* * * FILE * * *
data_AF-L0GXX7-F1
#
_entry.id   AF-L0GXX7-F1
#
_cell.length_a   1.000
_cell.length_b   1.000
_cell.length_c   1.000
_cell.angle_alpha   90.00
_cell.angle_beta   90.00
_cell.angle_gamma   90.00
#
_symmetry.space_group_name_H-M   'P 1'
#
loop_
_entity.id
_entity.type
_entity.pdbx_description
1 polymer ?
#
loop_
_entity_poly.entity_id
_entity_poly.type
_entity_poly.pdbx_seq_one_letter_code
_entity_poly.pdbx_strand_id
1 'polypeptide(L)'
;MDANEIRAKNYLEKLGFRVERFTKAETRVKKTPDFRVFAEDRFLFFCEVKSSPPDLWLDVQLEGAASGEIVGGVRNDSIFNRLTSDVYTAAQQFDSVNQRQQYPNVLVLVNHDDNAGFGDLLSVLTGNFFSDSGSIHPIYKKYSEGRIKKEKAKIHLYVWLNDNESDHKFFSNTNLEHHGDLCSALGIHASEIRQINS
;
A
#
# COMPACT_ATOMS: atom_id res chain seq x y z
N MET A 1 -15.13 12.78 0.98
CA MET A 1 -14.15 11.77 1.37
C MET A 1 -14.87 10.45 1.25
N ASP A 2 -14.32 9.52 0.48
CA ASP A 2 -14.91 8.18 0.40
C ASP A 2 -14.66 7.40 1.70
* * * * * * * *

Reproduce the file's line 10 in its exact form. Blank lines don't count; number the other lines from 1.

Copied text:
_cell.angle_gamma   90.00